of their nose and leave the rest of their face covered
     by a thick layer of kohl and rouge."

About Auschwitz he says the following:

     "When I tell the Jewesses that the enemy's atrocity
     propaganda claims that the German authorities are
     mistreating them, they start laughing, as though they
     had just heard a good joke.  Aranka Singer, an 18-year
     old girl, warns me that there are no men at all in the
     women's quarters, and Roosevelt ought to know that it
     was the Germans who introduced legislation for the
     protection of the race.  Food supplies are based on
     precisely the same rations as in the Reich.  Those who
     do hard work, or very hard work, receive extra rations.
     All the Jews declare that they are being treated justly
     and humanely in every respect, and if they regard
     anything as being unjust, it is the fact that all the
     Jews of Europe are not yet here.  One of the Jews with
     whom I spoke told me: 'I have to tell you, in all
     frankness, that it is quite easy for us to reconcile
     ourselves to our life here; as one who was previously
     in Palestine, I can definitely say that here we are
     better off, far away from the vicious struggle for
     survival which I saw there'."

Presiding Judge: This will be marked T/1119.

State Attorney Bach:  Dr. Steiner, at the top of page 122
the Court will see a picture with Abba Kovner, who appeared
as a witness in this trial.  We did not know of the
existence of this picture.  One can see on it partisans and

Presiding Judge: What page are you referring to?

State Attorney Bach:  I am referring to page 122.  In the
middle of the upper row you will see Abba Kovner.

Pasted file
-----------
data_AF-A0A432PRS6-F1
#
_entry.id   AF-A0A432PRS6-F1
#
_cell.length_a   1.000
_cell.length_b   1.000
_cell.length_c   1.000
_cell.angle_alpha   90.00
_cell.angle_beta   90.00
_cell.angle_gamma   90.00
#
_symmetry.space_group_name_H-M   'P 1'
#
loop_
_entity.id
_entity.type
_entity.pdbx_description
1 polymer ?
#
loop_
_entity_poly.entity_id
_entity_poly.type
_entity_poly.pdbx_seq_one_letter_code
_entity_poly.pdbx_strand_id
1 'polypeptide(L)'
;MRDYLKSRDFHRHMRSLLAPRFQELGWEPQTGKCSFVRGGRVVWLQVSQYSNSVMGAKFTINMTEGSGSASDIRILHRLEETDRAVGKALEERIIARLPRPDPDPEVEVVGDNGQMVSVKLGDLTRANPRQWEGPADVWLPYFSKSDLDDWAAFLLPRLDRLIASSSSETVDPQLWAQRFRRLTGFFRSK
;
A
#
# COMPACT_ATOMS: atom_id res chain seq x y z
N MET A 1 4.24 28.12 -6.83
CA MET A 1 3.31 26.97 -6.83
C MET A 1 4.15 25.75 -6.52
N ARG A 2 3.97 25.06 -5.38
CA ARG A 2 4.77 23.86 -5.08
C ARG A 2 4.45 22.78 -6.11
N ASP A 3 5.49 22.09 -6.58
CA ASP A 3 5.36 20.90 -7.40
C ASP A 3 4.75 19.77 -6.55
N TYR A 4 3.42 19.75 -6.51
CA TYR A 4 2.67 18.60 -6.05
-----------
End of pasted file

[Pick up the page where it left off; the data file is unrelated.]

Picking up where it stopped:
Judge Halevi:  Mr. Bach, perhaps the witness can explain
about the article on page 116; there is a photograph shown,
alleged to be a photograph of nurses.

State Attorney Bach:  Dr. Abeles gave evidence on that,
because that appeared with the original article.

Judge Halevi:  What does it say below that picture?  Perhaps
the witness can translate it for us.

State Attorney Bach:  On the copy that I handed to the
Court, the caption below the picture reads as follows:
"Jewesses of Slovakia in their new settlement."  Dr.
Steiner, on page 127, the lower part, there is a document.

Witness Steiner:  Yes.

Q. Did you at the time see the original document?

A. Yes, I did.  I received it and handed it back.  I think
it appears also in the trial of Dr. Vasek.

Q. Finally, on page 130, what is the list shown there?

A. As I have said, after the War 150 mass graves were
discovered in Slovakia.  One of them was in Kremnica, near
Banska Bystrica, where 372 bodies were found; this is a list
of the persons who were buried in that mass grave.  It gives
name, nationality, religion, date of birth, by whom the
people were delivered to the firing squad, and the date they
were shot, and finally, the length of time spent by that
person in the camp.

Q. The date shown here is the date of execution?

A. Yes.

Q. Please look at No. 18 on the list.  What does it say
after the name?

A. It says 17 months.  The name given is Goldenerova Noemi.

Q. Who was 17 months old?

A. Yes.  The name may be that of her mother.

Q. The last point, Dr. Steiner.  Do you know what the sign
"DA" on a transport means?